FRAMEWORK OF LEGAL POLICY FOR CORAL REEFS

In India, there is currently no legal or legislative structure for corals. The Environment (Protection) Act of 1986 and the Wildlife Protection Act (WPA) of 1972 are two of the legislation which can be used to safeguard coral regions in the nation. The Indian Fisheries Act, which dates back to the 1800s, is another rule that might have an impact on coral reefs.[4]

Marine Protected Areas (MPAs) are an effective instrument for ocean protection and sustainability. A Marine Protected Area is defined as follows by the IUCN (International Union for Conservation of Nature): “Any area of the intertidal or sub-tidal terrain, together with its overlying water and associated flora, fauna, historical and cultural features, which has been reserved by law or other effective means to protect part or the entire enclosed environment”. The WPA excludes reefs that do not fall under the jurisdiction of MPAs.

“If any person uses any dynamite or other explosive substance in any water with the intent of thereby catching or destroying any of the fish that may be therein, he shall be punishable by imprisonment for a term which may extend to two months, or by a fine which may extend to two hundred rupees under the Fisheries Act.”[5]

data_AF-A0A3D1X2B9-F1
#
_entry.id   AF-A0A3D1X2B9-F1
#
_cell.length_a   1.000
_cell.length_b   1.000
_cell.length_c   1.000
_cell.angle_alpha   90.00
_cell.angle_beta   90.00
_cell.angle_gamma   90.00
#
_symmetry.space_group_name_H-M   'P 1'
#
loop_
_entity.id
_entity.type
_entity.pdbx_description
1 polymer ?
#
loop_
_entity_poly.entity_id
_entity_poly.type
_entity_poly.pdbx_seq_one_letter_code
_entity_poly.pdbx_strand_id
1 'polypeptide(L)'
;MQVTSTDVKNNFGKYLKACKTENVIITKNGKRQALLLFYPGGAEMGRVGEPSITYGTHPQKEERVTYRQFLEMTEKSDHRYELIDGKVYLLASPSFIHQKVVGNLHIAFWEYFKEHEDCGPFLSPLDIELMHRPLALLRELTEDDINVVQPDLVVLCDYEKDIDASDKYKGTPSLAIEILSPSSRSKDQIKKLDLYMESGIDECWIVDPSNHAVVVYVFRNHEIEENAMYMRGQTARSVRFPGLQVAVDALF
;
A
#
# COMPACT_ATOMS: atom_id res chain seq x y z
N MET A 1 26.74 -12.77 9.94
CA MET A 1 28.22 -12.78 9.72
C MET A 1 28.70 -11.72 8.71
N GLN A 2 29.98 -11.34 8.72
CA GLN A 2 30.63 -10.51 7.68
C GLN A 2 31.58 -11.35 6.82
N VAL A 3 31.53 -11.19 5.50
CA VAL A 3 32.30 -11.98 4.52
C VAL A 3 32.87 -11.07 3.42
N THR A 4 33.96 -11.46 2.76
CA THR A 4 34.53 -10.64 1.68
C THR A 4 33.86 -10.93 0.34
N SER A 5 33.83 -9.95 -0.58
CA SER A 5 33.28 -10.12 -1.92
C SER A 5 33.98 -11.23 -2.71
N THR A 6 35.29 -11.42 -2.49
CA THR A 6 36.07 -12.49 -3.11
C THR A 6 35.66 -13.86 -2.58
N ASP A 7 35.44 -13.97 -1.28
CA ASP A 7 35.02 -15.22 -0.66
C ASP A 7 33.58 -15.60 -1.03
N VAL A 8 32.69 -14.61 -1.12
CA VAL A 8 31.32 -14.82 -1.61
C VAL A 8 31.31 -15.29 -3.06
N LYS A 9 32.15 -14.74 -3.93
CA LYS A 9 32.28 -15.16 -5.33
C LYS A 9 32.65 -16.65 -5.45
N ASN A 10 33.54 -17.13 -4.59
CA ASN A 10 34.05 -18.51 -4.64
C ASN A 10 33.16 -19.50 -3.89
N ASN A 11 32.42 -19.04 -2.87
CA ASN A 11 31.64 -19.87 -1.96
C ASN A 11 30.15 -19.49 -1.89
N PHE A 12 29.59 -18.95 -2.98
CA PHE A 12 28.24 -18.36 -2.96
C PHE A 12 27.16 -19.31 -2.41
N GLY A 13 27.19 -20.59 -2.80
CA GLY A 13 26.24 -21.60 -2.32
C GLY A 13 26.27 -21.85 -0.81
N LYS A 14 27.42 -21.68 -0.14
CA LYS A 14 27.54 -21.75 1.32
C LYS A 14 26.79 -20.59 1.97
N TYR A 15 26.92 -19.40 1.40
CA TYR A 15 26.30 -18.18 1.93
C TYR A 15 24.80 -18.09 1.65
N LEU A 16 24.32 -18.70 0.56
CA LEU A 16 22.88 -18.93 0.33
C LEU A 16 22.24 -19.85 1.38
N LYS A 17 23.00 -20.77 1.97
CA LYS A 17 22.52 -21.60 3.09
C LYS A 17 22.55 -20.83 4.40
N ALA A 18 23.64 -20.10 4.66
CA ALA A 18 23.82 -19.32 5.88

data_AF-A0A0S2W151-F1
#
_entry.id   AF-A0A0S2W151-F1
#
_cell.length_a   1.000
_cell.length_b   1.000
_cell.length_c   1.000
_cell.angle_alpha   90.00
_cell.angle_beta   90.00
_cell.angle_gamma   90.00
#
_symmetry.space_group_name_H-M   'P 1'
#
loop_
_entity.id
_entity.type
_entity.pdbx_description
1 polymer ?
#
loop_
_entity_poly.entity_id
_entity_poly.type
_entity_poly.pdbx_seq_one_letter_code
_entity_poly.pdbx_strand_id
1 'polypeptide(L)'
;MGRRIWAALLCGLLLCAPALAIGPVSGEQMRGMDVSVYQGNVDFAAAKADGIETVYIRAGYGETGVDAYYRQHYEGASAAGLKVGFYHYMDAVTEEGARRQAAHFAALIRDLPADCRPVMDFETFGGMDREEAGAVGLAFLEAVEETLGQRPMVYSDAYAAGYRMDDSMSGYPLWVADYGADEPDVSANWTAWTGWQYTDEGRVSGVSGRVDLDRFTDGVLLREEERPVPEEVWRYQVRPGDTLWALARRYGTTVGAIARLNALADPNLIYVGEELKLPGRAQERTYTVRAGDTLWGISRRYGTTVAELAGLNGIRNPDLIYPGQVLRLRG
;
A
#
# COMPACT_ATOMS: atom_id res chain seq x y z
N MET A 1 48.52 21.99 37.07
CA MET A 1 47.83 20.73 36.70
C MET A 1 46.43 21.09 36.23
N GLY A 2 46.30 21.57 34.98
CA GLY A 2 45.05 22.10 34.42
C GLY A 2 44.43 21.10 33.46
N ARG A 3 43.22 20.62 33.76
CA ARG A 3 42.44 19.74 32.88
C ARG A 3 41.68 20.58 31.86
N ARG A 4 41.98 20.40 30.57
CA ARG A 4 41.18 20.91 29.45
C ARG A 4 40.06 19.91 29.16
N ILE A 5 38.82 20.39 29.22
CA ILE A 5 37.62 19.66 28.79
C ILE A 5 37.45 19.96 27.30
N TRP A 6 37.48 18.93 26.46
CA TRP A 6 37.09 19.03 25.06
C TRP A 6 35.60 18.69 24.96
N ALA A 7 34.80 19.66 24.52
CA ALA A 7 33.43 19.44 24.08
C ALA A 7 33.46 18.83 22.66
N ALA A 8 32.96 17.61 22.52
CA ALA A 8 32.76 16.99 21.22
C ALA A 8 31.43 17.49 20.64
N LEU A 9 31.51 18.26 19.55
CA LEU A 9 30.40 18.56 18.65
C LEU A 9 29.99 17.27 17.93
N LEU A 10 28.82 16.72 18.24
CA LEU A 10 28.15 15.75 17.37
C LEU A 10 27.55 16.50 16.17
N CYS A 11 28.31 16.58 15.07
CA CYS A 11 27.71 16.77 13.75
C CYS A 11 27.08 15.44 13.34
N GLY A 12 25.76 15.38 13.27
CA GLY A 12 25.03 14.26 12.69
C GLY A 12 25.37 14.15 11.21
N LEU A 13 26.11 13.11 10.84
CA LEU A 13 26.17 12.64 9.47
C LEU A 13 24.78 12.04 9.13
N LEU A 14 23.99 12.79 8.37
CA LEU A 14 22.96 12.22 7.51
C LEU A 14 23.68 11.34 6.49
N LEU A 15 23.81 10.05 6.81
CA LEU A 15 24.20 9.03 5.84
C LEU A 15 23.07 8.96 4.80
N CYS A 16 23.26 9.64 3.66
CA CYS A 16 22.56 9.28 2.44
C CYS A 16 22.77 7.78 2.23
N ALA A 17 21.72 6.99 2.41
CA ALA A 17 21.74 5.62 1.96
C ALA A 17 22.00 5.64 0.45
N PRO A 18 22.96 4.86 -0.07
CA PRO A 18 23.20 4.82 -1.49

RECOMMENDATIONS

  • Coral reefs can indeed be conserved by implementing a framework of expanded Marine Protected Areas (MPAs) and improving the existing MPA governance. Enforcement officers can police the region for illicit fish stocks, and MPAs can be used to establish “no-take” regions that prohibit all catching. Hunting and travel that are well-managed within an MPA can have substantial social benefits.
  • Countries must work together to manage seafood imports and exports so that only sustainable fisheries can be imported and exported. Ultimately, governments might accept and execute the Code of Practice for Responsible Fisheries developed by the United Nations Food and Agriculture Organization. This declaration encourages the administration, non-governmental institutions, and businesses to work together to promote environmentally friendly fishing methods.